This research report was co-authored with the Web School Factory’s P2020 design major.
Ethnology of games
Why the need to play ?
Play is born from the gap between pleasure (presence of the mother) and displeasure (absence of the mother) in a space called “potential or transitional”. This experience, which creates lack (and displeasure), forces the child to make up for it with a mental activity that develops by creating his first images: «hallucinations of the absent object».
Since hallucinations are no longer satisfactory, the infant will look outside for replacement objects to compensate for the mother’s deficiencies by transforming a relative lack into a successful adaptation.
It is an area of «compromise» that constitutes the largest part of the child’s experience and that persists throughout his or her life, making it possible to «maintain» both separate and linked to each other the inner reality and the external reality.
Through play, I create my identity,
learn social relationships, and develop my creativity.
What kind of playing ?
1.The“play” : where the game is pure creativity, without rules. The “play” is creative : it is articulated with dream and life, and threatened. Gambling is an expression of desire and anxiety that is protected by denial: “it’s gambling, it’s not for real”.
→ The game, initially frivolous and free, is opposed to seriousness, to real life: in the same way as leisure time and working time, imagination and reality, freedom and constraint, etc. Still from this perspective, we can consider that gambling is based on seriousness (recreation, reward, compensation), just as leisure time is based on working time.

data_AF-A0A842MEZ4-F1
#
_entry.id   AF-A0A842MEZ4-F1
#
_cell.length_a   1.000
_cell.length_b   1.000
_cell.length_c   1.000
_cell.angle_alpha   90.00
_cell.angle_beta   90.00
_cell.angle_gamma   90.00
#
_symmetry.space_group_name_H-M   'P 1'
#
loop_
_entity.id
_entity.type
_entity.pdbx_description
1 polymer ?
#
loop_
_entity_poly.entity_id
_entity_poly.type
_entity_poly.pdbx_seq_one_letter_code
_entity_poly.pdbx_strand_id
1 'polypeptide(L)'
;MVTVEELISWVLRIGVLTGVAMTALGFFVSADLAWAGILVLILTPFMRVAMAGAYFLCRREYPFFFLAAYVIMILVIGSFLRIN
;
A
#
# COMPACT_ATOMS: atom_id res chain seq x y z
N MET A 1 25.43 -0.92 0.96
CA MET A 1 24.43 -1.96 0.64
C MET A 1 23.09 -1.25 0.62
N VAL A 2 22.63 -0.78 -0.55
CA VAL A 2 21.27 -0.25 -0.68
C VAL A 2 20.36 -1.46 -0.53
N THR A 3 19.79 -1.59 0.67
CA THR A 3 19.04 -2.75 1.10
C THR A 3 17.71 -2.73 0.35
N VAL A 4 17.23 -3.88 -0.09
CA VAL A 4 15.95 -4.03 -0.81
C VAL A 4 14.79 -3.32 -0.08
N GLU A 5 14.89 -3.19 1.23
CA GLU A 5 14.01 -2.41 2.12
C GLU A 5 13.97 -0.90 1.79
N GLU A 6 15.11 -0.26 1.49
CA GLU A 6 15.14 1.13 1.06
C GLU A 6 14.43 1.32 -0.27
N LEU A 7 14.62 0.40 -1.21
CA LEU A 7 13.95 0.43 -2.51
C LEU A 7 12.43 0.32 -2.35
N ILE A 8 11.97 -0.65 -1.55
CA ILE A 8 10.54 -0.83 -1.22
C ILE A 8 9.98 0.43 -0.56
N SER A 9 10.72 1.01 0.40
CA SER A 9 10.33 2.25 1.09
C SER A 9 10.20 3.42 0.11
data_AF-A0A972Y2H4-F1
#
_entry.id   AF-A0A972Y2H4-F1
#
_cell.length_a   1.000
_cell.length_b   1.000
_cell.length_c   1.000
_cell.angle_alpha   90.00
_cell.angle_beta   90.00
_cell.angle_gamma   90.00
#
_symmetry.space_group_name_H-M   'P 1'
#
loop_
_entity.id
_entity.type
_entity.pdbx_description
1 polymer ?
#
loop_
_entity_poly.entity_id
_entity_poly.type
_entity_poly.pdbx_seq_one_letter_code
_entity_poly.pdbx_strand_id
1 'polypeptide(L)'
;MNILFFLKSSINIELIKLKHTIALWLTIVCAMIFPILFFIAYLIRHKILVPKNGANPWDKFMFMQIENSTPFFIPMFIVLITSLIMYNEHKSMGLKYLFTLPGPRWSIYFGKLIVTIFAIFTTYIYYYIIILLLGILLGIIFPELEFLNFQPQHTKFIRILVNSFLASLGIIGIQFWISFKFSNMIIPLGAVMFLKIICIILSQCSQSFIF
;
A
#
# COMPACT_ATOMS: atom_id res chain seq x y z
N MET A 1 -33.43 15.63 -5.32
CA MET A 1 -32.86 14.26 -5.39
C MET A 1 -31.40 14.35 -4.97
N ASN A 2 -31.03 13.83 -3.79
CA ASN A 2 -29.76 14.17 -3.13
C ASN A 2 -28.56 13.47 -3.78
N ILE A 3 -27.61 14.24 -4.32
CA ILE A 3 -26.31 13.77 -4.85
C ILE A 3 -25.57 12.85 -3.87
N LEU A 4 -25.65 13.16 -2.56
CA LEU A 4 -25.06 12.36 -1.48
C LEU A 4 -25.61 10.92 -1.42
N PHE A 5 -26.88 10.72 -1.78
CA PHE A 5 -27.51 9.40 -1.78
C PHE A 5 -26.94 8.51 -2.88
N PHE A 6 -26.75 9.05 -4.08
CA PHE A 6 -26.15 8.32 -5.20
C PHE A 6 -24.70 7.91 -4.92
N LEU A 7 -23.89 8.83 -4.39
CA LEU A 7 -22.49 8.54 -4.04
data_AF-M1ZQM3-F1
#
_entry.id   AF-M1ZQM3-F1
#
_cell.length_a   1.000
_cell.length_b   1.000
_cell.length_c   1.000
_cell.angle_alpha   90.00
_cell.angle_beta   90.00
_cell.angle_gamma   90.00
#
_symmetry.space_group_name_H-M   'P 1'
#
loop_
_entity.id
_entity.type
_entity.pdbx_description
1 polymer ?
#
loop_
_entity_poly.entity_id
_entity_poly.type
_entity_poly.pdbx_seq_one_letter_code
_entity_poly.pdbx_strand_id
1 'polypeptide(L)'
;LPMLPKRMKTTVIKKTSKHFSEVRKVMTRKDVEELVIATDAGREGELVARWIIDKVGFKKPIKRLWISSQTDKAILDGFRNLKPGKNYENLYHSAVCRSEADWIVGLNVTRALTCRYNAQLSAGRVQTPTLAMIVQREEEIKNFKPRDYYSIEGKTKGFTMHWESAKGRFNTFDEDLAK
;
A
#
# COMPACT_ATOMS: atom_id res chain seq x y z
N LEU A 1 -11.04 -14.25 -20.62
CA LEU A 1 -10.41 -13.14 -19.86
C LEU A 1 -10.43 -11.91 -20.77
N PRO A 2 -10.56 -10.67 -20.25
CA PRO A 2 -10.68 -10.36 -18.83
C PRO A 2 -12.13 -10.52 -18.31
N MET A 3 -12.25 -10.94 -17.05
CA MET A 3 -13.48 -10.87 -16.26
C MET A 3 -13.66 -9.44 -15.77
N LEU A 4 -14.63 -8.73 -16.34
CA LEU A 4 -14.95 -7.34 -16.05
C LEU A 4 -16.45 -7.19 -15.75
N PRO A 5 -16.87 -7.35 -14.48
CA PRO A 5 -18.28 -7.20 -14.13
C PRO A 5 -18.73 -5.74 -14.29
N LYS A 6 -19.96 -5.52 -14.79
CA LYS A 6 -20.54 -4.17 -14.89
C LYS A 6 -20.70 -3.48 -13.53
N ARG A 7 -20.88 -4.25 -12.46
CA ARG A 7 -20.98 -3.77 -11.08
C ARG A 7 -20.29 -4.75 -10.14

The pleasure in the play is
a purely imaginary pleasure.
2. The “game” : gradually adapted to reality and its requirements, to be gradually normalized by rules. An attempt to keep away, with what he has organized, the frightening aspect of the “play”. It is characterized by the concentration and concern of the child who is involved in it.This aspect of the game is more important than its content.
→ The game later becomes a serious, educational, pedagogical activity. It contributes to the emotional, moral, intellectual and social development of the person. It integrates a social and interactive dimension into the person’s life. It is the development of the person’s capacities and skills. It integrates socialization, integration into social and cultural life, and the acquisition of skills, knowledge and know-how.
The existence of the rule that we see as a constraint, this social relationship that it imposes is finally a source of pleasure. It is then necessary to reconsider the way in which we show the rules to prove its value in creating pleasure.
According to Winnicott, the child or person is like in a waking dream, a fantasy creation that becomes a symbolic expression and has a restorative and liberating function.